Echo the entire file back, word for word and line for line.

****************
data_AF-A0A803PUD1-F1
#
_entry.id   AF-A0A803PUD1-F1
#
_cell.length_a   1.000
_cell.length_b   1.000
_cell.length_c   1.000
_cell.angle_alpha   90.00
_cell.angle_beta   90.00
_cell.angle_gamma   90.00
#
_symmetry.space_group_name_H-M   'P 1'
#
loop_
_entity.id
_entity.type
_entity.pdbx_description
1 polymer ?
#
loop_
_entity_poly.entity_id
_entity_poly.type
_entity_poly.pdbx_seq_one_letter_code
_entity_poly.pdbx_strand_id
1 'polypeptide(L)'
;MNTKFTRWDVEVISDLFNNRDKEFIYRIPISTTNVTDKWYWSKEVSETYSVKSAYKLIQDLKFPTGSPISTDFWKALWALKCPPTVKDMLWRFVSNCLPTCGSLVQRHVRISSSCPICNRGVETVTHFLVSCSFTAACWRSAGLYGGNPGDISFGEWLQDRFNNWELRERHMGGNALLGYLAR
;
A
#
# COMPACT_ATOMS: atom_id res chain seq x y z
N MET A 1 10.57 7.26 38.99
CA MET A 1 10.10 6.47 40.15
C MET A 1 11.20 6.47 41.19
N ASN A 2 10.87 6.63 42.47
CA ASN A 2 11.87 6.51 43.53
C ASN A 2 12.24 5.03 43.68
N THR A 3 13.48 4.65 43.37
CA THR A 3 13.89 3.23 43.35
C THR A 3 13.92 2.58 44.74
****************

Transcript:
data_AF-A0A803PUD1-F1
#
_entry.id   AF-A0A803PUD1-F1
#
_cell.length_a   1.000
_cell.length_b   1.000
_cell.length_c   1.000
_cell.angle_alpha   90.00
_cell.angle_beta   90.00
_cell.angle_gamma   90.00
#
_symmetry.space_group_name_H-M   'P 1'
#
loop_
_entity.id
_entity.type
_entity.pdbx_description
1 polymer ?
#
loop_
_entity_poly.entity_id
_entity_poly.type
_entity_poly.pdbx_seq_one_letter_code
_entity_poly.pdbx_strand_id
1 'polypeptide(L)'
;MNTKFTRWDVEVISDLFNNRDKEFIYRIPISTTNVTDKWYWSKEVSETYSVKSAYKLIQDLKFPTGSPISTDFWKALWALKCPPTVKDMLWRFVSNCLPTCGSLVQRHVRISSSCPICNRGVETVTHFLVSCSFTAACWRSAGLYGGNPGDISFGEWLQDRFNNWELRERHMGGNALLGYLAR
;
A
#
# COMPACT_ATOMS: atom_id res chain seq x y z
N MET A 1 10.57 7.26 38.99
CA MET A 1 10.10 6.47 40.15
C MET A 1 11.20 6.47 41.19
N ASN A 2 10.87 6.63 42.47
CA ASN A 2 11.87 6.51 43.53
C ASN A 2 12.24 5.03 43.68
N THR A 3 13.48 4.65 43.37
CA THR A 3 13.89 3.23 43.35
C THR A 3 13.92 2.58 44.74